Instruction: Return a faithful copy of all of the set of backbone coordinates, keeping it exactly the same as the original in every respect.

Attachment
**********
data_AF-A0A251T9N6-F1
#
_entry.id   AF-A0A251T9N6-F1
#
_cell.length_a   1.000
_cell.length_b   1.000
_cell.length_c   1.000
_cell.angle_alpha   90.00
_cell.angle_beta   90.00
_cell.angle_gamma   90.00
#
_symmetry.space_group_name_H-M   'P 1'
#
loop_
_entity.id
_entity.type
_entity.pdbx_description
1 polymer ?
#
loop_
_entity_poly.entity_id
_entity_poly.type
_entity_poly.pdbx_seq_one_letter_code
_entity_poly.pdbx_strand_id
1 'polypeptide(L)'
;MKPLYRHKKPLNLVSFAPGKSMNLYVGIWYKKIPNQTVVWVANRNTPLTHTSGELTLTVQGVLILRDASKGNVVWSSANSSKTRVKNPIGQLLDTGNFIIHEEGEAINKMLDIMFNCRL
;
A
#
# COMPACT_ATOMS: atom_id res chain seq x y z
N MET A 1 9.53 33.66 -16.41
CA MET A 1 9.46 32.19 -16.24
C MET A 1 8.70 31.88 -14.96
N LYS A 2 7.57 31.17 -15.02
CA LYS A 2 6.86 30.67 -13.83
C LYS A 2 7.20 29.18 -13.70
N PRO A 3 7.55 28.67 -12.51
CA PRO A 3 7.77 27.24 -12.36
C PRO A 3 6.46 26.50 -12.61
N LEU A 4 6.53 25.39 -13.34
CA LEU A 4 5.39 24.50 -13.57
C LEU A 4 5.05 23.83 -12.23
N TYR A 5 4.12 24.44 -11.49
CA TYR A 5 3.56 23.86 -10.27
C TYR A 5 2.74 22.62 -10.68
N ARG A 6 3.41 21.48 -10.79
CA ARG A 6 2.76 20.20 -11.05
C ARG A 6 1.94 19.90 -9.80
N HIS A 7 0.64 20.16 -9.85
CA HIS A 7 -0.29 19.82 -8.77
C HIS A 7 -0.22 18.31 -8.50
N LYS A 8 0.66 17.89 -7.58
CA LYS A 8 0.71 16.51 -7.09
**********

data_AF-A0A251T9N6-F1
#
_entry.id   AF-A0A251T9N6-F1
#
_cell.length_a   1.000
_cell.length_b   1.000
_cell.length_c   1.000
_cell.angle_alpha   90.00
_cell.angle_beta   90.00
_cell.angle_gamma   90.00
#
_symmetry.space_group_name_H-M   'P 1'
#
loop_
_entity.id
_entity.type
_entity.pdbx_description
1 polymer ?
#
loop_
_entity_poly.entity_id
_entity_poly.type
_entity_poly.pdbx_seq_one_letter_code
_entity_poly.pdbx_strand_id
1 'polypeptide(L)'
;MKPLYRHKKPLNLVSFAPGKSMNLYVGIWYKKIPNQTVVWVANRNTPLTHTSGELTLTVQGVLILRDASKGNVVWSSANSSKTRVKNPIGQLLDTGNFIIHEEGEAINKMLDIMFNCRL
;
A
#
# COMPACT_ATOMS: atom_id res chain seq x y z
N MET A 1 9.53 33.66 -16.41
CA MET A 1 9.46 32.19 -16.24
C MET A 1 8.70 31.88 -14.96
N LYS A 2 7.57 31.17 -15.02
CA LYS A 2 6.86 30.67 -13.83
C LYS A 2 7.20 29.18 -13.70
N PRO A 3 7.55 28.67 -12.51
CA PRO A 3 7.77 27.24 -12.36
C PRO A 3 6.46 26.50 -12.61
N LEU A 4 6.53 25.39 -13.34
CA LEU A 4 5.39 24.50 -13.57
C LEU A 4 5.05 23.83 -12.23
N TYR A 5 4.12 24.44 -11.49
CA TYR A 5 3.56 23.86 -10.27
C TYR A 5 2.74 22.62 -10.68
N ARG A 6 3.41 21.48 -10.79
CA ARG A 6 2.76 20.20 -11.05
C ARG A 6 1.94 19.90 -9.80
N HIS A 7 0.64 20.16 -9.85
CA HIS A 7 -0.29 19.82 -8.77
C HIS A 7 -0.22 18.31 -8.50
N LYS A 8 0.66 17.89 -7.58
CA LYS A 8 0.71 16.51 -7.09